By design, the image at the top of every page can be easily changed out. In fact, I tried of number of different images but I kept coming back to the clouds and that little plane. Something about the stark (almost abstract) nature of the photograph really seemed to work well, especially in an area that contains navigation and the company name. I have plenty of other photos that I like, but they seemed to fight with the other elements (or they didn't work at the required dimensions). So that image could very well change, as soon as we find one that we like better.


Byron has noted the prominence of what he has dubbed "baby blanket blue" - as previously noted, I found it to be a nice complement to the grey sky in the photo.

Like the image at the top of the page, the colors have been designed to be readily changed. While today is Baby Blanket Blue, green and orange, it might be something totally different next month. Or next week. Or whenever Byron feels the itch for a fresh look. The layout and code have been designed to accept such whimsical changes with little trouble.

The End

There more, or course (there's always more) - but I've gone on long enough.

If anyone has any thoughts or feedback I'd love to hear it.

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Baby Blanket Blue

posted by DL Byron on May 24  ·  Permalink

Scott and I were chatting about the redesign and I said, “baby-blanket blue is the theme for that site.” He replied, “yeah, i thought the baby blanket blue was a nice complement to the grey cloud picture…sort of a grey sky /blue sky sort of thing.” “Like, dreeping in the rain.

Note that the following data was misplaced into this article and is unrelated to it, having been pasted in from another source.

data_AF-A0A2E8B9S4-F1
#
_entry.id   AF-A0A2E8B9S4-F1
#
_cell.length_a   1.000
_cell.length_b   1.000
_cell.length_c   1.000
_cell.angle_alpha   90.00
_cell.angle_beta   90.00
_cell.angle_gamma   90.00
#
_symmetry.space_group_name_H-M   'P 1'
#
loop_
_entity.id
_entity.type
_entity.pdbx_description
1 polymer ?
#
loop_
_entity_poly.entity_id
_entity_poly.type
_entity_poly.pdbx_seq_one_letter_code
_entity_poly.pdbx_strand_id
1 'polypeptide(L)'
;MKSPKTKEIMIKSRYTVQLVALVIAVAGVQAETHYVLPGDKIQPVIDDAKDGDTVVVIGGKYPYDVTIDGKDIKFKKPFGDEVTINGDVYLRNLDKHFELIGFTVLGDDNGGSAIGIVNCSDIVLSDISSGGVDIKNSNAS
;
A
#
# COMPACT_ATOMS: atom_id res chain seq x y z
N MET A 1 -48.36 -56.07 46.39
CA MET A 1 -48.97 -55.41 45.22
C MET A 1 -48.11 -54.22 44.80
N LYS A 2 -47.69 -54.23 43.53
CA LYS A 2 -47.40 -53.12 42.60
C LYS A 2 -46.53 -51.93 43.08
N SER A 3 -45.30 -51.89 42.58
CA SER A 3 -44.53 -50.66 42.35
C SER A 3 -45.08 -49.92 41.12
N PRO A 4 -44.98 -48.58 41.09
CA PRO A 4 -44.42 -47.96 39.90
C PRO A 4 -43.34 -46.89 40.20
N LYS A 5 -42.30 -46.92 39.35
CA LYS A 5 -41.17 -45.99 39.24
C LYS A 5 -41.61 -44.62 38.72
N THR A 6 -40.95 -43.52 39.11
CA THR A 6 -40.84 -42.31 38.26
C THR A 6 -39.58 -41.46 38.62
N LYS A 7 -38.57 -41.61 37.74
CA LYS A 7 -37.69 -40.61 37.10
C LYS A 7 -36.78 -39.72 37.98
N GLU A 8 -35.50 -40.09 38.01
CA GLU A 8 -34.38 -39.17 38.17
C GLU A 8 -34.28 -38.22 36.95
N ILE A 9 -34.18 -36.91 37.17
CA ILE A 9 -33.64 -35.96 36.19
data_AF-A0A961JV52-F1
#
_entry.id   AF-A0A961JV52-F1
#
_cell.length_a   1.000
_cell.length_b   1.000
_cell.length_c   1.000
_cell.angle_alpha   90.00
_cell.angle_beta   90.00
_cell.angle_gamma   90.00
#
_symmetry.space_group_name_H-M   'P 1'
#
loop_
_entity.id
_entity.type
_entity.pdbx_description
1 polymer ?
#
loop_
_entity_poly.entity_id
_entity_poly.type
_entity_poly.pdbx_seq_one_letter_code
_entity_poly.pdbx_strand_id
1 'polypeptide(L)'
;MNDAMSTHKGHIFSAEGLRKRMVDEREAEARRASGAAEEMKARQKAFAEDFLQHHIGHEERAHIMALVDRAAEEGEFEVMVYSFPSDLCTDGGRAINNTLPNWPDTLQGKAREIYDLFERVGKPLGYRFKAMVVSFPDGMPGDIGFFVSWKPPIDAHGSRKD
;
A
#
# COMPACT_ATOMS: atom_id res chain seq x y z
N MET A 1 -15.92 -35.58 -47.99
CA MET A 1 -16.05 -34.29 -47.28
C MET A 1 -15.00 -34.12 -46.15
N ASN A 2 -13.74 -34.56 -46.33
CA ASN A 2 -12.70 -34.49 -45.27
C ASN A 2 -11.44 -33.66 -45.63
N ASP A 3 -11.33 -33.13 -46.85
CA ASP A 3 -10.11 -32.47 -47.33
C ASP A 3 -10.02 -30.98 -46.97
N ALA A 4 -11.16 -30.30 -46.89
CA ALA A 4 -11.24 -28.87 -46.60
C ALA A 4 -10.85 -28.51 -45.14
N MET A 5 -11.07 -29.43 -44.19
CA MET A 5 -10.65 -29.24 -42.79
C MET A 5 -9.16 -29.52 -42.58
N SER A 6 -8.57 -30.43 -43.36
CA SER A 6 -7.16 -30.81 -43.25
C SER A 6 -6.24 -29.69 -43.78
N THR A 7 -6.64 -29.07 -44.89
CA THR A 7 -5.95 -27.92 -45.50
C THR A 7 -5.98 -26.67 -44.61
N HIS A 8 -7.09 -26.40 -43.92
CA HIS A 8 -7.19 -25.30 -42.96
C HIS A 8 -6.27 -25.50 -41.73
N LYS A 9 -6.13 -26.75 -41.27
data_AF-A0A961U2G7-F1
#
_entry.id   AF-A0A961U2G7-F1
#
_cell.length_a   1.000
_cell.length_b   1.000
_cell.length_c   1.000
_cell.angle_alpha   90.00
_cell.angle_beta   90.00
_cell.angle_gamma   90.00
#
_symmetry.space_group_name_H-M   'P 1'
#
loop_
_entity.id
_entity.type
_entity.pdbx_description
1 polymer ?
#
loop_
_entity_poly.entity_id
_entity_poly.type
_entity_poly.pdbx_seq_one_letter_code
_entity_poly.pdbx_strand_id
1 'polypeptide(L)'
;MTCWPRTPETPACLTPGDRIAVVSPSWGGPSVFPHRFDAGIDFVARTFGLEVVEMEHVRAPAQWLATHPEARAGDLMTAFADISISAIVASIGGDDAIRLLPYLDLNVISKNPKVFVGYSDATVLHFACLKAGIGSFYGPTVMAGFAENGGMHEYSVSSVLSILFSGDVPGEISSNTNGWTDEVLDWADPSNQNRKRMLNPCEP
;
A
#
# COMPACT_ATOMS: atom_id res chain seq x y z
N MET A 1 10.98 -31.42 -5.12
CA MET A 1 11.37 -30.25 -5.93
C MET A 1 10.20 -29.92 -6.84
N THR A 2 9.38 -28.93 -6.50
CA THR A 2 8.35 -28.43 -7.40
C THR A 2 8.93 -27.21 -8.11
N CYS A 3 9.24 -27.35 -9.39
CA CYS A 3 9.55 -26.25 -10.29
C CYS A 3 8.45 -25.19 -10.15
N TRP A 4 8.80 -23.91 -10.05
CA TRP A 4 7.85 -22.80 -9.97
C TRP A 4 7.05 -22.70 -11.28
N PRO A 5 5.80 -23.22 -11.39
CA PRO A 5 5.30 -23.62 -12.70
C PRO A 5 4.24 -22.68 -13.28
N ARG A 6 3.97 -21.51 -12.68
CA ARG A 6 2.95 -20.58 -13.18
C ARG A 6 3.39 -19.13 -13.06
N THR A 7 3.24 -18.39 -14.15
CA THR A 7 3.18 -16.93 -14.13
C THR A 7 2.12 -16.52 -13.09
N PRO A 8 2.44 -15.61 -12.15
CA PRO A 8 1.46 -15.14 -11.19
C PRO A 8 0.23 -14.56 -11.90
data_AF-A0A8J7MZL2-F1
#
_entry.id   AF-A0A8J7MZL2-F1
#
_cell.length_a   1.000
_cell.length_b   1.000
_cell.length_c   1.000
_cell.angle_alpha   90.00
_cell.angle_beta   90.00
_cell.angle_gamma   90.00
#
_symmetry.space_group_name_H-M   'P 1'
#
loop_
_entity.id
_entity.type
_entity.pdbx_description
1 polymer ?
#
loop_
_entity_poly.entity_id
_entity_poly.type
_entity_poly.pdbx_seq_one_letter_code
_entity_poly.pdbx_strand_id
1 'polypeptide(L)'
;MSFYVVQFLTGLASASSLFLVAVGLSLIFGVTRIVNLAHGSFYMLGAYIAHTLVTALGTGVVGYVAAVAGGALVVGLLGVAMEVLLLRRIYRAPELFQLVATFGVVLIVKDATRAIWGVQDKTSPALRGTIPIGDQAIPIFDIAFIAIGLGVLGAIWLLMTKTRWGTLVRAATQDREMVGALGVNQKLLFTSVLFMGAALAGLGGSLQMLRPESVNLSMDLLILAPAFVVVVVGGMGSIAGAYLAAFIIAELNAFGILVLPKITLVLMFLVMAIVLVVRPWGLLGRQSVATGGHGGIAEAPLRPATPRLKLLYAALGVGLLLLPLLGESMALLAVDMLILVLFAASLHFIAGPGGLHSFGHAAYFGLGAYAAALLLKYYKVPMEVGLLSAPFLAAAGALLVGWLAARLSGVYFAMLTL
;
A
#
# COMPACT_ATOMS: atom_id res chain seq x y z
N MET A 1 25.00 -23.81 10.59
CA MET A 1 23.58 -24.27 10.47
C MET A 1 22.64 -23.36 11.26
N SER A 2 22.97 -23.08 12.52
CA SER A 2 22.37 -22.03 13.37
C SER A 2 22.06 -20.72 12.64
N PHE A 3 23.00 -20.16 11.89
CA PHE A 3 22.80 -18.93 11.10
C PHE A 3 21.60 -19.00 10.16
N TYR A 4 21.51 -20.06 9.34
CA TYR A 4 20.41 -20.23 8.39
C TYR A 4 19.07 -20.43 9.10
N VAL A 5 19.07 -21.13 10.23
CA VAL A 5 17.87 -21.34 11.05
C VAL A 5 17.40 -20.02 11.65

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A new outfit

posted by DL Byron on May 20  ·  Permalink

Redesigning is like getting a new outfit. I put it on, hope someone notices, ask how it looks, check the mirror occasionally, then eventually get used to it. I’m fiddling with this style, that style, and trying pictures in posts, which I’m not sure I like.

A business shift

The site shifted to be less personal and more about our business (a direct reflection of how many hours we work). Hopefully Scott will post later today with details of the design, including the how and why and the deal with the column nav. That’ll include a lists of props.

Some Browser funktasticness

Mac IE has got some funktasticness going down with the fonts and I’ll look into that later. Scott went into a marathon, “Kill Bill Dance Hall of Death” style coding session and chopped most of the bugs. That was impressive.

More later.

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Talking to ourselves about Atom and RSS

posted by DL Byron on May 13  ·  Permalink

Last week, I posted to an internal mailing list about how I lamented offering so many feeds on my sites and wondered what possibly benefit to the user that was (ya know, those little badges of courage). Does Jane blogger need 6 feeds on her site? No, she needs a feed link or button with a format that is read by feed readers. I personally don’t care what standard it is, but do not want to offer multitudes of them. We don’t offer different versions of html on our sites with shiny little buttons.

This is an other example of the blogosphere talking to ourselves too much. We need to talk less about technology and more about the user. How does the average person visiting your site know which feed to choose? They don’t and I haven’t found any information on why Atom is better, other than because it’s not Winer.

Today, the W3C announced their suggestion to the Atom community that they standardize through the W3C.

That's great news and it'll be really interesting to watch how that plays out.

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Site Navigation: Self Links and Onstate

posted by DL Byron on May 06  ·  Permalink

Various Design Sites